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Zevah Nolan v. Village of Dolton

April 21, 2011

ZEVAH NOLAN, PLAINTIFF,
v.
VILLAGE OF DOLTON, A MUNICIPAL CORPORATION AND BODY POLITIC, AND SGT. A. BANKHEAD, DEFENDANTS.



The opinion of the court was delivered by: Judge Joan H. Lefkow

OPINION AND ORDER

Zevah Nolan filed suit against the Village of Dolton and Sgt. A. Bankhead (collectively, "defendants"), alleging First Amendment retaliation under 42 U.S.C. § 1983 and malicious prosecution under Illinois state law.*fn1 Defendants filed a motion to dismiss all claims against them. For the reasons set forth below, defendants' motion [#11] is denied.

BACKGROUND*fn2

In June 2010, Nolan went to the Dolton Police Department to receive her child following the child's visit with her father. Nolan noticed that the child's father did not have the child in a car seat as required by law. She brought this to Bankhead's attention and also informed Bankhead that the father's driver's license was suspended and that he was driving without car insurance. Bankhead refused to take any action. Nolan then complained to the Dolton Police Department about Bankhead's failure to take action, and the Dolton Police Department conducted an investigation.*fn3

On September 24, 2010, Nolan was parked at a gas station in Dolton when Bankhead stopped his squad car next to Nolan's car and approached. He addressed her in a loud, angry voice, saying, "You filed a case against me. Nothing is going to happen to me." "We know who you are and where you live." "What you did was stupid. You're stupid." "You think I'm playing with you?" Compl. ¶ 10. Bankhead issued two citations to Nolan. One was for failure to wear a seat belt. On this charge, after a bench trial held November 4, 2010, Nolan was found not guilty. The other was for operating her vehicle without insurance, for which she received six months of supervision.*fn4

Nolan thereafter filed her complaint in this court, alleging two counts against Bankhead and one count against the Village of Dolton. Nolan claims that Bankhead's statements to her were harassment and made in retaliation for her complaint to the Dolton Police Department. She also claims that Bankhead's charge of failure to wear a seat belt was malicious prosecution. Finally, Nolan claims that the Village of Dolton is liable for any damages pursuant to Illinois' municipal indemnity statute, 745 Ill. Comp. Stat. 10/9-102.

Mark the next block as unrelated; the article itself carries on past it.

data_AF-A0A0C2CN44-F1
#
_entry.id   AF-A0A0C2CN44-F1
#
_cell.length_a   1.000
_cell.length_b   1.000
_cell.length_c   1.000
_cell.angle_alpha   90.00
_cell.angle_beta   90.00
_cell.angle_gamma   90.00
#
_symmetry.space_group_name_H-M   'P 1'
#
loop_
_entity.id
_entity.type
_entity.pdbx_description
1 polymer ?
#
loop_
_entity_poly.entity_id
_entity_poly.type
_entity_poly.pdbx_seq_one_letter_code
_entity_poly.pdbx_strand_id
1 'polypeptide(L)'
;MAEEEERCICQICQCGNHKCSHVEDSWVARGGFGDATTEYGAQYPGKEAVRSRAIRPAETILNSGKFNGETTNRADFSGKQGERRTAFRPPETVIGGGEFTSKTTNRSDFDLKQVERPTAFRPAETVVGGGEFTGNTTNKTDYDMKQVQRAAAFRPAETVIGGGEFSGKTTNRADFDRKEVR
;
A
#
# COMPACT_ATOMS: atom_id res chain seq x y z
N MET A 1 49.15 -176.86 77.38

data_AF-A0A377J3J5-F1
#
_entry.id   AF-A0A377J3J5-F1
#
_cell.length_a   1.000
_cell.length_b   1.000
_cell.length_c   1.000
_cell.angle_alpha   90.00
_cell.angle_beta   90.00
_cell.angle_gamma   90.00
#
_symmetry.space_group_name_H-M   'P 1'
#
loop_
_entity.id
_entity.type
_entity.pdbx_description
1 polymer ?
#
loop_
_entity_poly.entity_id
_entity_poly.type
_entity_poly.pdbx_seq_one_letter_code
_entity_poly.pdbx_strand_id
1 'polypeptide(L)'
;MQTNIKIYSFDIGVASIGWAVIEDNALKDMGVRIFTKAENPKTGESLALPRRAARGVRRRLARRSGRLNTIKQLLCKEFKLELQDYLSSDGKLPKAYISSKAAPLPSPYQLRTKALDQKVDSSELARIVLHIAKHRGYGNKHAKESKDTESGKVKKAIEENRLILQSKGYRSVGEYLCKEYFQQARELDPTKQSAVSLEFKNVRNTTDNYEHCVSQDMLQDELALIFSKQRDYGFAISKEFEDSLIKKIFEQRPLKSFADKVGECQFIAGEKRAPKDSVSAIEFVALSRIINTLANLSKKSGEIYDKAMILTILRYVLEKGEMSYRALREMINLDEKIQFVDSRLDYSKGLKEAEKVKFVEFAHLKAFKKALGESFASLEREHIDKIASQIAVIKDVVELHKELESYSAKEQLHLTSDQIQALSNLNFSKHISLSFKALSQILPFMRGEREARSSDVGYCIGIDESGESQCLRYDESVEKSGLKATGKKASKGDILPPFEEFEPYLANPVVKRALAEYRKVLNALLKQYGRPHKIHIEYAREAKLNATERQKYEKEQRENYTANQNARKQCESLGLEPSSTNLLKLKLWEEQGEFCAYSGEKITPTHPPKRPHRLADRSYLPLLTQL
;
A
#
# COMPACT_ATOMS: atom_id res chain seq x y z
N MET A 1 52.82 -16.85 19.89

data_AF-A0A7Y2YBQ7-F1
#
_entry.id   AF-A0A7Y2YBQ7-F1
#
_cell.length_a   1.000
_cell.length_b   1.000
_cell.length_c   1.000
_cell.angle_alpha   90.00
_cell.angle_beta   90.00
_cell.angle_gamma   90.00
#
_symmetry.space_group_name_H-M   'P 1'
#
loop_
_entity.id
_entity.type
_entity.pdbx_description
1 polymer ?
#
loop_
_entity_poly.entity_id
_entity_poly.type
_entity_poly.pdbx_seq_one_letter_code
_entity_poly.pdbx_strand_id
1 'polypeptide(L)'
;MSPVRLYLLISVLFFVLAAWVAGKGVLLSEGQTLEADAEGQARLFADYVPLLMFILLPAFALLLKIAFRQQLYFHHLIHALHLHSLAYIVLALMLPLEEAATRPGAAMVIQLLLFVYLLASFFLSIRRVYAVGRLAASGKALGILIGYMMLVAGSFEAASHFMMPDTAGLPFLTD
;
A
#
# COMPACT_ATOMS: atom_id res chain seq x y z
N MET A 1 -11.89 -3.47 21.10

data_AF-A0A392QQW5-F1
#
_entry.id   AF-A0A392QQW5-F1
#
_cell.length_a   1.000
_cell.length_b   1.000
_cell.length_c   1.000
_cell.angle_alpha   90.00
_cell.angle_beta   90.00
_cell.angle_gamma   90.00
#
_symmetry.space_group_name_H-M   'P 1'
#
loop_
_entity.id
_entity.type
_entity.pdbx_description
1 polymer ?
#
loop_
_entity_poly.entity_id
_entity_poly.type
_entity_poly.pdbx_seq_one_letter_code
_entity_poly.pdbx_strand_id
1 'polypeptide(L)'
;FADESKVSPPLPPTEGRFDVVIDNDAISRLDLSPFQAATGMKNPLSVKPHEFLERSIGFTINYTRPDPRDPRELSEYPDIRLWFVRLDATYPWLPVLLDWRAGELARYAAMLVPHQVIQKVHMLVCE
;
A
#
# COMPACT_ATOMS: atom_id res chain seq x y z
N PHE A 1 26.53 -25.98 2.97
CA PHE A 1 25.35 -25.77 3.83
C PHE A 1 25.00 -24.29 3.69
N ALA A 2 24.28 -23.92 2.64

LEGAL STANDARD

A motion to dismiss under Rule 12(b)(6) challenges a complaint for failure to state a claim upon which relief may be granted. Fed. R. Civ. P. 12(b)(6); Gen. Elec. Capital Corp. v. Lease Resolution Corp., 128 F.3d 1074, 1080 (7th Cir. 1997). For the purposes of a Rule 12(b)(6) motion, the court takes as true all well-pleaded facts in the plaintiff's complaint and draws all reasonable inferences in the plaintiff's favor. Jackson v. E.J. Brach Corp., 176 F.3d 971, 977-78 (7th Cir. 1999). Factual allegations must, however, be enough to raise a right to relief above the speculative level. Bell Atl. Corp. v. Twombly, 550 U.S. 544, 555, 127 S. Ct. 1955, 167 L. Ed. 2d 929 (2007) (citing 5 C. Wright & A. Miller, Federal Practice and Procedure § 1216, at 235-236 (3d ed. 2004)); see also Ashcroft v. Iqbal, --- U.S. ----, 129 S. Ct. 1937, 1953, 173 L. Ed. 2d 868 (2009) ("Twombly expounded the pleading standard for all civil actions."). Thus, "[t]o survive a motion to dismiss, a complaint must contain sufficient factual matter, accepted as true, to 'state a claim to relief that is plausible on its face.'" Iqbal, 129 S. Ct. at 1949 (quoting Twombly, 550 U.S. at 570). A claim has facial plausibility when the plaintiff pleads factual content that allows the court to draw the reasonable inference that the defendant is liable for the misconduct alleged. Id.

DISCUSSION

I. First Amendment Retaliation Claim (Count I)

In order to present a valid claim for First Amendment retaliation, Nolan must allege that

(1) she engaged in an activity protected by the First Amendment; (2) she suffered an adverse act that would likely deter First Amendment activity in the future; and (3) her activity was the butfor cause of the adverse act. See, e.g., Watkins v. Kasper, 599 F.3d 791, 794 (7th Cir. 2010);

Fairley v. Andrews, 578 F.3d 518, 525-26 (7th Cir. 2009) (citing Gross v. FBL Fin. Servs., Inc., --- U.S. ----, 129 S. Ct. 2343, 174 L. Ed. 2d 119 (2009)) (requiring plaintiffs to demonstrate butfor causation). ...


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